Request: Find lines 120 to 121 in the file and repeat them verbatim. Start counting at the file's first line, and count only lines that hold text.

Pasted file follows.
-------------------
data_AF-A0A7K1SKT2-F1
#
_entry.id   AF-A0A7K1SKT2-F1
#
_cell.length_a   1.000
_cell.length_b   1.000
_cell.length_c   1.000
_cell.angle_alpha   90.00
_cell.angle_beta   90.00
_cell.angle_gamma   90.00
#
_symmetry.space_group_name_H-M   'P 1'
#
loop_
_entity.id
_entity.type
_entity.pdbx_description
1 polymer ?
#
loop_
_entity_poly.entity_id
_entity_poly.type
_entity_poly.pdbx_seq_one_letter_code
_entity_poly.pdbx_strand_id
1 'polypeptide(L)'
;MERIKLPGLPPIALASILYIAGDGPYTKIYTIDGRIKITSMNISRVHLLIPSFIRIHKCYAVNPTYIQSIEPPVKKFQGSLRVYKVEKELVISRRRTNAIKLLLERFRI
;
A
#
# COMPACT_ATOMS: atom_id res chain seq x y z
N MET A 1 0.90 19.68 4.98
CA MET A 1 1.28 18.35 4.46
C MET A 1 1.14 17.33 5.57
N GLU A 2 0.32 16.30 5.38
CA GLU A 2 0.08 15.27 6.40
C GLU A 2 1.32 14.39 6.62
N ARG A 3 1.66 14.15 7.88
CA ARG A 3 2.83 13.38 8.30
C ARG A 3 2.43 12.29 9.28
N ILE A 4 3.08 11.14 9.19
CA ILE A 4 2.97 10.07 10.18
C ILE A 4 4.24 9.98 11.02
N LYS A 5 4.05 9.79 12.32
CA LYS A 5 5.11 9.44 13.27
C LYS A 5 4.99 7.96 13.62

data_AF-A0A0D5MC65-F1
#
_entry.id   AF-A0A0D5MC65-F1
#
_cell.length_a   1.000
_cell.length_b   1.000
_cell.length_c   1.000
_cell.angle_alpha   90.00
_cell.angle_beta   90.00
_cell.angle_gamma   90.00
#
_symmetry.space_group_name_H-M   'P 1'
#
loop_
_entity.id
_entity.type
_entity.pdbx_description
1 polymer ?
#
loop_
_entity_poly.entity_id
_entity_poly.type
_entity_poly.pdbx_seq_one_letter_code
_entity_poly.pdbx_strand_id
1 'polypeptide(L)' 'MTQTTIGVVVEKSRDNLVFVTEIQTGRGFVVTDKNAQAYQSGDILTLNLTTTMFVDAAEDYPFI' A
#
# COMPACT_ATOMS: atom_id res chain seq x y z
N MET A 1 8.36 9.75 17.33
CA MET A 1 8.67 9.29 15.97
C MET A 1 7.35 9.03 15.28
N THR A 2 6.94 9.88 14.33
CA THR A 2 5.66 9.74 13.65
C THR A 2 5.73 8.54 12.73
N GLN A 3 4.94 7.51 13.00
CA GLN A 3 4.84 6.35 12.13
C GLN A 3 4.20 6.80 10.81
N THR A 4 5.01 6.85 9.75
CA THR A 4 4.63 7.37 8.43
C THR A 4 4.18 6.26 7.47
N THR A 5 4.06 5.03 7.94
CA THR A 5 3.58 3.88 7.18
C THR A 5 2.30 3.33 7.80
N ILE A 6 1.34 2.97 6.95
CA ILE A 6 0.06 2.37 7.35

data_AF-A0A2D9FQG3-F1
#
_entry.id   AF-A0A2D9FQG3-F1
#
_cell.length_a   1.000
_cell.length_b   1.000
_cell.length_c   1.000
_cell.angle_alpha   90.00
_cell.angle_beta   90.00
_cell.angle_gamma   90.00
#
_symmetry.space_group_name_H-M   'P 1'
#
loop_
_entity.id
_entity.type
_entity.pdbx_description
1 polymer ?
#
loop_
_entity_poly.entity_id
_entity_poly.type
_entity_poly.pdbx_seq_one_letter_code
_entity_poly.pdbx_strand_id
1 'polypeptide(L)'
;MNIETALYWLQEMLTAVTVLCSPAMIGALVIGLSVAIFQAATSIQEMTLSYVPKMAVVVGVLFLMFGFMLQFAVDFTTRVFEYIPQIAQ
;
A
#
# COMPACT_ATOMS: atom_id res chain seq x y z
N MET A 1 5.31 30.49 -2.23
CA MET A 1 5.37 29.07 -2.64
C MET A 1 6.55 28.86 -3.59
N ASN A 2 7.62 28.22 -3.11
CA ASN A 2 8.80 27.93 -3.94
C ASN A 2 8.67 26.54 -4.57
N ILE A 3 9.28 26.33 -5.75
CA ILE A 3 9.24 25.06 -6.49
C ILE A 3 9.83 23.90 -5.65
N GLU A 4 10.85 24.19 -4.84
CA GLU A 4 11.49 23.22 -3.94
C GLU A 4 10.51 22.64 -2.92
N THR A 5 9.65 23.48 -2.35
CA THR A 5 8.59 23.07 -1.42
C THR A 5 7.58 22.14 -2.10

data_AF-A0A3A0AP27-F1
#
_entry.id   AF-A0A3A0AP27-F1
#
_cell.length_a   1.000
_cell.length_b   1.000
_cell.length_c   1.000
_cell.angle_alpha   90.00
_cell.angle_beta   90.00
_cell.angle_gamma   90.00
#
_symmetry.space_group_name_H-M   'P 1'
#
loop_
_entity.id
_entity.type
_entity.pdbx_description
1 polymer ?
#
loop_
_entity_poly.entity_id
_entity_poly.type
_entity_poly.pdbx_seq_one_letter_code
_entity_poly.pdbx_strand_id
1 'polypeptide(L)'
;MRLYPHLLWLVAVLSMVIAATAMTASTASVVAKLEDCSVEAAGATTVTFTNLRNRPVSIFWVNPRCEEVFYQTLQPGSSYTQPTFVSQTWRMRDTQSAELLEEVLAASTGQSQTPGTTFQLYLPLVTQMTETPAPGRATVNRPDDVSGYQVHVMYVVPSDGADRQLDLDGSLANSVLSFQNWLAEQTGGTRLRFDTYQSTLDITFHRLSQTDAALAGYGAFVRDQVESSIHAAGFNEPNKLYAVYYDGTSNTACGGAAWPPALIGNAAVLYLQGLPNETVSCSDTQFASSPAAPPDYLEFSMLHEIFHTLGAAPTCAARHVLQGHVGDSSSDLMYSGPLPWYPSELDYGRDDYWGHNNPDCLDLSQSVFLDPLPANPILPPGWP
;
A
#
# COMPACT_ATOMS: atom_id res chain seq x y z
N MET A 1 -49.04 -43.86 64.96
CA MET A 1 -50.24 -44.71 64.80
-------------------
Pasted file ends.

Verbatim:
N MET A 1 5.31 30.49 -2.23
CA MET A 1 5.37 29.07 -2.64